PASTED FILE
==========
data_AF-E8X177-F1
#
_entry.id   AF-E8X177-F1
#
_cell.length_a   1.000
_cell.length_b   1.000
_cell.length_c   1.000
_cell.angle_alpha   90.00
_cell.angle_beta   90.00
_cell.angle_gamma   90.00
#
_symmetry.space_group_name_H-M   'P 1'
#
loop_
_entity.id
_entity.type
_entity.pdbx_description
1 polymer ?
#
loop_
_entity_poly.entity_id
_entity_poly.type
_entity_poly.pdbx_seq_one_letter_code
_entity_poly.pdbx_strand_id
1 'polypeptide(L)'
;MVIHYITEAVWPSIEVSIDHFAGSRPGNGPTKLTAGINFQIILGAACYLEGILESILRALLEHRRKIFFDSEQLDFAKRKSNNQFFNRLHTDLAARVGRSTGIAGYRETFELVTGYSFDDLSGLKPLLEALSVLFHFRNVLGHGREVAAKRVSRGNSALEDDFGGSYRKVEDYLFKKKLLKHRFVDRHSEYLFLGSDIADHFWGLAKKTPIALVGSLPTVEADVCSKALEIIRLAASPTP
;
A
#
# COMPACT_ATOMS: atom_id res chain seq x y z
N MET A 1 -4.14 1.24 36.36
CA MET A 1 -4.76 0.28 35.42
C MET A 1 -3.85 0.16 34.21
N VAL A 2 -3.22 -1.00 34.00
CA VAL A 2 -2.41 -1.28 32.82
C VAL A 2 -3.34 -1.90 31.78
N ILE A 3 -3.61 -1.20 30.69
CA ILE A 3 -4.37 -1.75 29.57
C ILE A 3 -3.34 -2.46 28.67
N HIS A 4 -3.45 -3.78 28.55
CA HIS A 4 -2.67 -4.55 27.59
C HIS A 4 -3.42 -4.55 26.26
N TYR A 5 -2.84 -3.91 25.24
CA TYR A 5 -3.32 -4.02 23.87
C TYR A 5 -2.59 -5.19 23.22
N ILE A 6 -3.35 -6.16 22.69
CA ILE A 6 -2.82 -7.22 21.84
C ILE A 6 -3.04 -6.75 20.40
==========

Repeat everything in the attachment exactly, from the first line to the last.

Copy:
data_AF-E8X177-F1
#
_entry.id   AF-E8X177-F1
#
_cell.length_a   1.000
_cell.length_b   1.000
_cell.length_c   1.000
_cell.angle_alpha   90.00
_cell.angle_beta   90.00
_cell.angle_gamma   90.00
#
_symmetry.space_group_name_H-M   'P 1'
#
loop_
_entity.id
_entity.type
_entity.pdbx_description
1 polymer ?
#
loop_
_entity_poly.entity_id
_entity_poly.type
_entity_poly.pdbx_seq_one_letter_code
_entity_poly.pdbx_strand_id
1 'polypeptide(L)'
;MVIHYITEAVWPSIEVSIDHFAGSRPGNGPTKLTAGINFQIILGAACYLEGILESILRALLEHRRKIFFDSEQLDFAKRKSNNQFFNRLHTDLAARVGRSTGIAGYRETFELVTGYSFDDLSGLKPLLEALSVLFHFRNVLGHGREVAAKRVSRGNSALEDDFGGSYRKVEDYLFKKKLLKHRFVDRHSEYLFLGSDIADHFWGLAKKTPIALVGSLPTVEADVCSKALEIIRLAASPTP
;
A
#
# COMPACT_ATOMS: atom_id res chain seq x y z
N MET A 1 -4.14 1.24 36.36
CA MET A 1 -4.76 0.28 35.42
C MET A 1 -3.85 0.16 34.21
N VAL A 2 -3.22 -1.00 34.00
CA VAL A 2 -2.41 -1.28 32.82
C VAL A 2 -3.34 -1.90 31.78
N ILE A 3 -3.61 -1.20 30.69
CA ILE A 3 -4.37 -1.75 29.57
C ILE A 3 -3.34 -2.46 28.67
N HIS A 4 -3.45 -3.78 28.55
CA HIS A 4 -2.67 -4.55 27.59
C HIS A 4 -3.42 -4.55 26.26
N TYR A 5 -2.84 -3.91 25.24
CA TYR A 5 -3.32 -4.02 23.87
C TYR A 5 -2.59 -5.19 23.22
N ILE A 6 -3.35 -6.16 22.69
CA ILE A 6 -2.82 -7.22 21.84
C ILE A 6 -3.04 -6.75 20.40